Last month a piece of bacon gave me the answer to a question that has been plaguing me. The bacon in question sat atop a potato salad served up on a Eurostar train from London to Brussels and the question was "how can a mass consumer brand use social media to generate engagement".
First the bacon. The issue was, it was poorly cooked. Call me a food snob, but I believe that if you are to serve cold bacon, especially with cold potatoes, the bacon has to be well cooked, so the fat on it is rendered, crisp and tasty. In fact, I don't believe this is a matter of opinion, I suspect there is not a single chef of any repute who would disagree with me on this point. Which is why I was disappointed to find that Eurostar, in its Business Premier class, was serving poorly cooked bacon. This wasn't a culinary disaster, but it was an indicator of poor performance. It was something that, if I were CEO of Eurostar, I would want to pick up and address.
So -- I took a picture of said bacon and put it in a tweet to @Eurostar. Here it is. I didn't receive a reply. This caused me to think about my relationship with the brand Eurostar -- my 'engagement' with Eurostar to use a term that the social media revolution has now made a permanent fixture in the lexicon of marketing-speak. Before the bacon incident, I had very little engagement with Eurostar. I liked that fact that the Eurostar service, or more specifically the Channel Tunnel, had made it much easier to get to Brussels or Paris. It was kind-of groovy in its early days, especially as the whole experience was so much more up-to-date than anything else being served-up on the British railway network at the time. But, ten or so years in, Eurostar had become a purely functional thing in my life. My engagement with it was low down on the scale -- at least on the scale I use to measure engagement, which has at the top end things like relationships with friends and family. I.e. Eurostar was down there with pretty much every other brand I, or anyone else, is likely to encounter.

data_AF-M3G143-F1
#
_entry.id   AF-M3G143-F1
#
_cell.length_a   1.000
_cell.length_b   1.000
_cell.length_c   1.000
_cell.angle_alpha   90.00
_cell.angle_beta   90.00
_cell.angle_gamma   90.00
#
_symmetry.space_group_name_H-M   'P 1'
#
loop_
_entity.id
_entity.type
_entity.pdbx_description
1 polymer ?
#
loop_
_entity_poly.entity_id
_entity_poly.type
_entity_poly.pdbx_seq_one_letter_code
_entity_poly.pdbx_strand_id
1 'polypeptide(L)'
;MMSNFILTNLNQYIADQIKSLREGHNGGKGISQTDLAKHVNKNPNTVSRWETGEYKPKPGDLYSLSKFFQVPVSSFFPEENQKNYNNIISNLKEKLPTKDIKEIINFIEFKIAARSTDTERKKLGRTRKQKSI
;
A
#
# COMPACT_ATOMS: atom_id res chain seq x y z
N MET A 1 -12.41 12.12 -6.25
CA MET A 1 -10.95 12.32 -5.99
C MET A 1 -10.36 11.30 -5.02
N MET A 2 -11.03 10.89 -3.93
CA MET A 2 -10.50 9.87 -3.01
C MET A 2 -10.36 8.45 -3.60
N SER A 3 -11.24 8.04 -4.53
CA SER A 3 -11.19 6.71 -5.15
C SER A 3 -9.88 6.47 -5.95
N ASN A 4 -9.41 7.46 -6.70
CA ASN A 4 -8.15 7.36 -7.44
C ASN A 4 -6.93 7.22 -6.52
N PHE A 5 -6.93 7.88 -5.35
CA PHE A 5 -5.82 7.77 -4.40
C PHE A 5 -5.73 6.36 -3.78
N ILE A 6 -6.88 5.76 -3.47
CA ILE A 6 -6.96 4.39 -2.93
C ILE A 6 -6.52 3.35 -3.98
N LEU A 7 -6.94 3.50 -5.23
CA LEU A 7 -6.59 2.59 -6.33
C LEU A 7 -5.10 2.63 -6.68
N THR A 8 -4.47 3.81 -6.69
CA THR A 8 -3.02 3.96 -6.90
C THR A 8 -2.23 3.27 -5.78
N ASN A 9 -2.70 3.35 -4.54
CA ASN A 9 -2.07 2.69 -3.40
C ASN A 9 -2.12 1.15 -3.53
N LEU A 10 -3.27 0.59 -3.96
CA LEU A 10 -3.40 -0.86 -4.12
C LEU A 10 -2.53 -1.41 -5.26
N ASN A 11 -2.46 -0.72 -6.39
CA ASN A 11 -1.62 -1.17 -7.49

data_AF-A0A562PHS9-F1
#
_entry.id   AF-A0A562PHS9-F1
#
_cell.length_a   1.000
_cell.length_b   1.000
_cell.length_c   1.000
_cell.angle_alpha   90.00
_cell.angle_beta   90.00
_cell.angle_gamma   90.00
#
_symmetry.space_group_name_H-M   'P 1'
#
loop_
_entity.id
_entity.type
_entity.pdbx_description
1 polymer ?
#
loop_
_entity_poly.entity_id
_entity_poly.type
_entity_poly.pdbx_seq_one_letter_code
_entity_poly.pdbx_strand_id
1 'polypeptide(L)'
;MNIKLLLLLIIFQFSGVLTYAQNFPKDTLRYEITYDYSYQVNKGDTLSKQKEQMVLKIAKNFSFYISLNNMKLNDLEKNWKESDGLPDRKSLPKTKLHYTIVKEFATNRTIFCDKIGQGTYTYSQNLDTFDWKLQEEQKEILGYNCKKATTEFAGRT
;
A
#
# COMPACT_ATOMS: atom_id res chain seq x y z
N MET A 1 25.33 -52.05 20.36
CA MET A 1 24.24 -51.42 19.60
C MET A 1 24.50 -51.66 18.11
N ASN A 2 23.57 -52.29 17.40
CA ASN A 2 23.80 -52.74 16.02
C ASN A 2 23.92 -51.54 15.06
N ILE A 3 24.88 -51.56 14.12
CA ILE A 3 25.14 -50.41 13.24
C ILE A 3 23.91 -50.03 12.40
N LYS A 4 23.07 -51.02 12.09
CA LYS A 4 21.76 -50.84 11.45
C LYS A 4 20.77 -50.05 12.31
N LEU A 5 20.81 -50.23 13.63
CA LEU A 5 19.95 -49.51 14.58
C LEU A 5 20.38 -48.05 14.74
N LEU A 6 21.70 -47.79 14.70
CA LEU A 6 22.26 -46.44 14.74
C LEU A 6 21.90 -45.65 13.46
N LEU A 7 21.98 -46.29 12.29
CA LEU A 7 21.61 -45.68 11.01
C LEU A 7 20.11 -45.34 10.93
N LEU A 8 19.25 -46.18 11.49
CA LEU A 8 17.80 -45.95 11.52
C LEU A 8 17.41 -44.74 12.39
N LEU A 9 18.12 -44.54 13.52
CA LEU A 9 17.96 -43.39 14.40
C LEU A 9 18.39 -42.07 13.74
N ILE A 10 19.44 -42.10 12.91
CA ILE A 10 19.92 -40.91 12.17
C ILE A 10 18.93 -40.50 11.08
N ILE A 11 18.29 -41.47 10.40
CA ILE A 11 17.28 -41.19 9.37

And then came the bacon incident. The bacon itself merely confirmed my view of Eurostar as being a brand which didn't merit any particular consideration in my life. And then, there was the lack of response to my tweet, which cranked them down a further notch or two. Frankly, I didn't expect a response. But then I thought what if @Eurostar had replied. Suppose they had said "Thanks for this, we will pass this onto our catering team". If that had happened, my view of Eurostar would have gone up quite considerably. My 'engagement with Eurostar' to use the marketing speak would have significantly increased. I wouldn't have even cared if they hadn't passed my comment on, it was the simple fact that I knew they were listening that would have done the trick. In fact, my 'engagement with Eurostar' would have risen to a point that was basically about as high as it could realistically expect to get, short of actually significantly improving the service (which is something marketing directors, unfortunately, are rarely empowered to do).
And that is when I got my answer about mass consumer brands, social media and engagement. There are actually lots of sorts of engagement you can seek to generate, but the only one that is likely to pass the test of both impact and the ability to scale is the engagement that comes from creating The Expectation of Listening. Create this and you have something of more enduring value than almost all of the campaign driven activity that most brands are seeking to build in social media.
And this is why, rather than spend money trying to recreate your website in Facebook, or 'viral' YouTube videos, or extensive social media campaigns, by far and away the most effective thing to do in social media is to listen to the spaces where people are talking about you and respond appropriately (bearing in mind that response may not simply be trying to join the conversation, but by actually changing the product or service). It all comes back to managing the four key spaces of social media:
- the space where people are saying good things about you
- the space where people are saying bad things about you
- the space where people are asking questions for which your brand is the answer
- the space where people are making suggestions as to how to make your brand better.
(Note: I am probably being a little unfair on @Eurostar. If you look at their Twitter stream, they do actually seem to be listening and responding, perhaps they thought my bacon tweet was just too pretentious. However, the basic point still remains).
A more extensive version of this article is available here.
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